Navigating safely : Understanding your chart plotter

Feb 19, 2020

Navigating Safely: Understanding your chart plotter


Chart plotters, mobile phone apps, and open source software programmes are becoming increasingly popular as the primary form of position fixing on many recreational vessels. It’s easy to see why; on many small boats there is little room to do chart work and the motion at speed is not conducive to paper & pencil navigation. Strictly speaking these devices should be seen as aids to navigation – it’s still important to maintain situational awareness and not to become over reliant on ‘the screen’.

It’s important to remember that electronic equipment can fail and over confidence, or lack of competence, on the part of the user can lead to errors with serious consequences. The well-publicised grounding of Team Vestas Wind in the Volvo Ocean Race, due to “deficient use of electronic charts” should serve as a warning - if the pros can make this sort of error then the recreational boatie should be extra vigilant. 

Make sure you know the limitations of the type of chart your plotter uses. For example have you, or another user, removed crucial ‘layers’ of information to avoid clutter? Don’t confuse the ability to ‘zoom in’ with greater accuracy - if the original chart lacks details ‘zooming in’ won’t help. Also don’t make the mistake of losing your night vision by not being able to adjust the brightness of screen – toggling between day and night settings should be automatic.

Some plotters are almost ‘plug and play’ while others will require some technical nous to set up. For example you’ll need to set the units and language.  If HDOP and WGS84 sound like features on your TV then you might find our GPS course useful. For more details go to

Plotters combine the position information provided by the GPS receiver with the vessel’s position superimposed on an electronic representation of a chart. It’s important for users to understand that there are two fundamentally different types of charts used on plotters: ‘Raster’ and ‘Vector’.


Raster charts

Raster charts are a ‘scanned’ copy of a paper chart. Raster charts look the same as paper charts and contain the same information. While you can ‘zoom in’ and increase the size of the chart image, you are still working with the same image (resolution and scale) of the original chart. Zooming in is essentially like looking at a paper chart through a magnifying glass.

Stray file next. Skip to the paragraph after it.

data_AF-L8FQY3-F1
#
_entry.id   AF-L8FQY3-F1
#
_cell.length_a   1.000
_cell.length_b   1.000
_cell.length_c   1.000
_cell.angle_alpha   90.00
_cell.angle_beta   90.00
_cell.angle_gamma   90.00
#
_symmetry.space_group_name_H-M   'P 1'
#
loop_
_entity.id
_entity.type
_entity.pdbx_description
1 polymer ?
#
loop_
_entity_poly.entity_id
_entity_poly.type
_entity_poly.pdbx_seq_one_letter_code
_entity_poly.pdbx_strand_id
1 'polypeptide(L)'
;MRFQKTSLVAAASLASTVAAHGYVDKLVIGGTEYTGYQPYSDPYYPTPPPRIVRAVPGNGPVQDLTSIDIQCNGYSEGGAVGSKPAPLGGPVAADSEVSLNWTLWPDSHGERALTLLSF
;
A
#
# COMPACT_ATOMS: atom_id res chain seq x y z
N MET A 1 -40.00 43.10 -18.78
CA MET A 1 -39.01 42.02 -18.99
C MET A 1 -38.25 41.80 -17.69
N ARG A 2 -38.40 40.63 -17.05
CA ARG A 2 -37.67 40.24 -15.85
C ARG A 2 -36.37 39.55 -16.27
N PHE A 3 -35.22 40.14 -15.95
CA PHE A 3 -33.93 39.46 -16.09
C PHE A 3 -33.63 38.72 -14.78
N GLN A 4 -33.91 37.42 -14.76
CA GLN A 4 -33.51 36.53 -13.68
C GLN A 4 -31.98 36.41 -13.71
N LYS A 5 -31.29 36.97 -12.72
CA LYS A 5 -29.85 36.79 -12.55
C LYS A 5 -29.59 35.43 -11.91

Raster charts are ‘quality assured’; they are copies of existing charts and are produced by the relevant national hydrographic office. In NZ you can source raster charts free of charge via the LINZ website – coupled with open source software you can turn your laptop into a plotter 


Instead of being a scanned copy of a paper chart, vector charts can be visualised as layers of digital information stored in a database, displayed on a screen providing a representation of a chart. The fundamental difference is that vector charts can be ‘zoomed’ in or out to a far greater extent. 

The display can also be customised, with layers of information added or taken away. For example, you may wish to remove depth sounding figures above a certain value (e.g. not show depths greater than 10m), or remove all place names to reduce clutter. Be cautious that you haven’t de-selected vital information!

On many plotters features can be ‘interrogated’ with the cursor.  For example, placing the cursor over a lighthouse will display an information box containing information regarding the light and the structure.

Many Vector charts are also produced in conjunction with hydrographic departments and so come with a ‘quality assurance’ – but be aware, not all come with this guarantee of accuracy. 

Electronic Chart Corrections

To be reliable, electronic charts, just like the paper versions, must be kept up to date. How up to date are your electronic charts? Some suppliers will give you free updates while others may have a fee. Charts for mobile devices may be updated automatically and some fixed units provide a blue tooth or Wi-Fi system for updates.

And finally  - don’t forget that good old paper charts are still produced and are an inexpensive ‘idiot proof’ way to help you navigate safely. 

For more on the basics of navigation checkout our website at  or call 09 361 4700 for more information.


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